covered bridge

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covered bridge

A roofed bridge, typically constructed of heavy timbers and trusses, enclosed or partially enclosed on its sides; especially found in regions having heavy snowfall.
References in periodicals archive ?
The review will also consider a technical study by Timber Restoration Services, a New Brunswick-based engineering company that has been contracted by the government to conduct detailed inspections of five covered bridges in the southern part of the province.
But the design and history of covered bridges still excites many people.
At the Bennington Center for the Arts, the Covered Bridge Museum provides a short film introduction along with exhibits about aspects of construction, models of these one-lane bridges, and associated art such as paintings by the prolific Eric Sloane, an authority on early American rural architecture, who created 15,000 paintings and wrote 38 books.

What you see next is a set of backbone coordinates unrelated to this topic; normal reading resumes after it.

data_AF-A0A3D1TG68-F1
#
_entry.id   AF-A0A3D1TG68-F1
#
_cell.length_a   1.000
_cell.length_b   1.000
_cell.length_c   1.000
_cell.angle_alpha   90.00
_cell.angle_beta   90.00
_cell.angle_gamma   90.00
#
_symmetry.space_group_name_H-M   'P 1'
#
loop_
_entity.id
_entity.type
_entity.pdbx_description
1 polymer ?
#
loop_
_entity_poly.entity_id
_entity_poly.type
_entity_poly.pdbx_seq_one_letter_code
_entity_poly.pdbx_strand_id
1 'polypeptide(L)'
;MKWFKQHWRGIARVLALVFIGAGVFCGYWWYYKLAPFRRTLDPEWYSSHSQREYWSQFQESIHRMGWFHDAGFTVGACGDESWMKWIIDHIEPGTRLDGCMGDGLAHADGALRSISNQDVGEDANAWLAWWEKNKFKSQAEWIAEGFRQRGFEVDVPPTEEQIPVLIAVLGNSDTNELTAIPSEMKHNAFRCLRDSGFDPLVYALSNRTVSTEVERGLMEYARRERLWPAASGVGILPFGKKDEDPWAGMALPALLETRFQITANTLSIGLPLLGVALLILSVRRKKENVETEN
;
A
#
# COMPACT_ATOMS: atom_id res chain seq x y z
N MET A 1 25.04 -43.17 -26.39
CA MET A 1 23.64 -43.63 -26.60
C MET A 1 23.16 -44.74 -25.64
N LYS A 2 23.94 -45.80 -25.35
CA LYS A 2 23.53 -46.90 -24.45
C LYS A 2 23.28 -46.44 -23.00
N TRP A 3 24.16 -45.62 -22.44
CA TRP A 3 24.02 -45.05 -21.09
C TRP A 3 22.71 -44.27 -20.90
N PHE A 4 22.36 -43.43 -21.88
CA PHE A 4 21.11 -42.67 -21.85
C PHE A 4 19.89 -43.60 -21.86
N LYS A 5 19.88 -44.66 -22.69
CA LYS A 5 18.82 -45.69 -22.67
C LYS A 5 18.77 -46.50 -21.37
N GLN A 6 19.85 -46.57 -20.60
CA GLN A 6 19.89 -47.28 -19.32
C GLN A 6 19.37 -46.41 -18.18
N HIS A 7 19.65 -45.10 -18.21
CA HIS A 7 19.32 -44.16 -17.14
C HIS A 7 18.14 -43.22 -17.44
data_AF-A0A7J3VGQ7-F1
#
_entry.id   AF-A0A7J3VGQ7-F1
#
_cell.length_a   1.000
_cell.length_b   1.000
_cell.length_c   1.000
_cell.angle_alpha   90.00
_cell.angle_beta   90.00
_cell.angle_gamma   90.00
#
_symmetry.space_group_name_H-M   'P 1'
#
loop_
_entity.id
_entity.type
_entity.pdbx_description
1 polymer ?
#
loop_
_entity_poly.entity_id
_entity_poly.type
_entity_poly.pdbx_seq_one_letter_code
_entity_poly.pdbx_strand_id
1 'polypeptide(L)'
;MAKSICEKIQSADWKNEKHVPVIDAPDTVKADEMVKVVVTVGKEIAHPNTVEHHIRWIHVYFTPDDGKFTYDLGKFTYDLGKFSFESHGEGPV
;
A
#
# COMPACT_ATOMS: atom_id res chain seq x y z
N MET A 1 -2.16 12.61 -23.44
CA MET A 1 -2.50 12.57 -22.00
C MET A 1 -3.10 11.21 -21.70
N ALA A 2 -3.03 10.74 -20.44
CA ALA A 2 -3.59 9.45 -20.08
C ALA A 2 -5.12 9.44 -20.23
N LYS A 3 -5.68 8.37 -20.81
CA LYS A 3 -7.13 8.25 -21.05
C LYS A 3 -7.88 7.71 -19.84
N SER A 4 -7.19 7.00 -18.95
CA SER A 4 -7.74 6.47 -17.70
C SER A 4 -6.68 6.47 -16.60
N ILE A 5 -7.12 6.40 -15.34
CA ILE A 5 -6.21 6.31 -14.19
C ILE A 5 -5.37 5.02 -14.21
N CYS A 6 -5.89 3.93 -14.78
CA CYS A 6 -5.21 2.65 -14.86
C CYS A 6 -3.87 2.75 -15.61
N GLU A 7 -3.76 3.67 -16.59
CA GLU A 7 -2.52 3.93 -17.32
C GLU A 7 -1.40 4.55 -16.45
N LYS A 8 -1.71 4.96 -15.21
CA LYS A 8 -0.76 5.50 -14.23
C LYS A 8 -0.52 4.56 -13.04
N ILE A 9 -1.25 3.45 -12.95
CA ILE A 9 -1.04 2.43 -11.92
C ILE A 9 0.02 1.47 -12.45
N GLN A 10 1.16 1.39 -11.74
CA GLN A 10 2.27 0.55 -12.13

I find mountain scenery and covered bridges most appealing and beautiful when covered by snow.
board member James Tessier began looking at maps of covered bridges and then decided to check out one of them in Vermont.
"Our covered bridges are a huge draw," she says of the six bridges built by the famed Kennedy family of bridge builders, who called Rush County home.
Looking back on their childhoods, Barrie Bottorf and Watson recall many family vacations with courses determined by covered bridges along the way.
I then introduced the charcoal--the remains of a covered bridge.
From small covered bridges to large-scale, modern, cable-stayed bridges, this book spans the engineering evolution of these structures.
Who will prove to be Kincaid and who will be burning their covered bridges behind them?
Driving through the bridge, which spans the river near Vida at the Leaburg Dam, I didn't know it was constructed in 1938 and restored in 1987; or that this bridge may be the most photographed covered bridge in a state of many covered bridges, thanks to eye-catching architectural details such as louvered windows - 10 on each side, if you're counting.
In the mid-19th century, covered bridges proliferated in the United States.